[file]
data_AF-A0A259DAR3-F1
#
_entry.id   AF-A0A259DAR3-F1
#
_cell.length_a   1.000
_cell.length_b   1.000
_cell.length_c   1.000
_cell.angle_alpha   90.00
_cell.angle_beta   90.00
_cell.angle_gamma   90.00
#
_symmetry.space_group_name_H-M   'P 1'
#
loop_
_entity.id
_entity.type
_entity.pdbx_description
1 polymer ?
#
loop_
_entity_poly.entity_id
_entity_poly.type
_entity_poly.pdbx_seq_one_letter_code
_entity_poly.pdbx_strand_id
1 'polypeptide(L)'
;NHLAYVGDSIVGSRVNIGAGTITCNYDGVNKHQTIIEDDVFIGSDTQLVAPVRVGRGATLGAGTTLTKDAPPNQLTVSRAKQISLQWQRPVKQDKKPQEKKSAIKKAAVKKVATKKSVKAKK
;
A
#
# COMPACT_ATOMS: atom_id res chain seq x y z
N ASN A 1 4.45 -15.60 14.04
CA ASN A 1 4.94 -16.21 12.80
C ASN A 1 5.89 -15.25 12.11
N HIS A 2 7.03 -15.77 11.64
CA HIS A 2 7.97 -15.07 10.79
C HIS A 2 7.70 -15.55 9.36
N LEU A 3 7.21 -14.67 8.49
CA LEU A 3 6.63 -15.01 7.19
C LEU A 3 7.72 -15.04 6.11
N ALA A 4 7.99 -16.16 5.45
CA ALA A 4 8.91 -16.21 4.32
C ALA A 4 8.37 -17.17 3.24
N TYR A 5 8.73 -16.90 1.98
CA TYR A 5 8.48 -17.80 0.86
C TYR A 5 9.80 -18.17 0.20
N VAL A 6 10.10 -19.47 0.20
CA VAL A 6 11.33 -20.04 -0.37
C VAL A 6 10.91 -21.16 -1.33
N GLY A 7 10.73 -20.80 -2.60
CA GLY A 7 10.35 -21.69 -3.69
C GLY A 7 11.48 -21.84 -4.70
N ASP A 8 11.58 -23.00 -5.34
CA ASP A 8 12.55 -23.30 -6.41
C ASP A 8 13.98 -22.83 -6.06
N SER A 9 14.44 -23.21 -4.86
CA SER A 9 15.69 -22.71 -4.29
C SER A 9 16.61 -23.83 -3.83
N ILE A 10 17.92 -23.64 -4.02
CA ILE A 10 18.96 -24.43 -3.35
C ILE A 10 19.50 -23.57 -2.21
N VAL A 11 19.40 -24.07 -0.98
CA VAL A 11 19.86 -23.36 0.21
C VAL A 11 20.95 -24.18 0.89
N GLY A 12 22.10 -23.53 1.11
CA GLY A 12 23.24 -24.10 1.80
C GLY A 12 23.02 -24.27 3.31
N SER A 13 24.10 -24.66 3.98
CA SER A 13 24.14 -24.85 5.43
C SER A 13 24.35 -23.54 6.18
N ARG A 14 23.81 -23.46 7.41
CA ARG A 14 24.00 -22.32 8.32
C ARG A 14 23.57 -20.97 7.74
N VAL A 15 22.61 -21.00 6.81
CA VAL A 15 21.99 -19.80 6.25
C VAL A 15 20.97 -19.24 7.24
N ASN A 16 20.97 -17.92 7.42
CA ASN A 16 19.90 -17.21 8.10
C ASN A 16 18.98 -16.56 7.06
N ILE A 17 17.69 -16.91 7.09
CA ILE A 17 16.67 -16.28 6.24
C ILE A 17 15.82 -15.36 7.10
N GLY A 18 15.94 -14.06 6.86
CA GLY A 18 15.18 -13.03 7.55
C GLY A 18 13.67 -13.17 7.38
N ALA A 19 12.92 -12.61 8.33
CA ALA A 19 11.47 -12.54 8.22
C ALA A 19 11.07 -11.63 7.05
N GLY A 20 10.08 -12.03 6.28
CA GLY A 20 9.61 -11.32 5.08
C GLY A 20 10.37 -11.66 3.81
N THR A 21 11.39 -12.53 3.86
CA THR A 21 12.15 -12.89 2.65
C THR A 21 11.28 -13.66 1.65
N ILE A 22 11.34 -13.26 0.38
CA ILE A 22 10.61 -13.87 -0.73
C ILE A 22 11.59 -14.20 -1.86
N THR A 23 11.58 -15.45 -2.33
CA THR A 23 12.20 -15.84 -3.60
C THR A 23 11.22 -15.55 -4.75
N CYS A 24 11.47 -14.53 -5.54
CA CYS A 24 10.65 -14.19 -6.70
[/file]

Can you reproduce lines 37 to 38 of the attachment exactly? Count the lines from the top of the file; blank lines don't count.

N LEU A 3 7.21 -14.67 8.49
CA LEU A 3 6.63 -15.01 7.19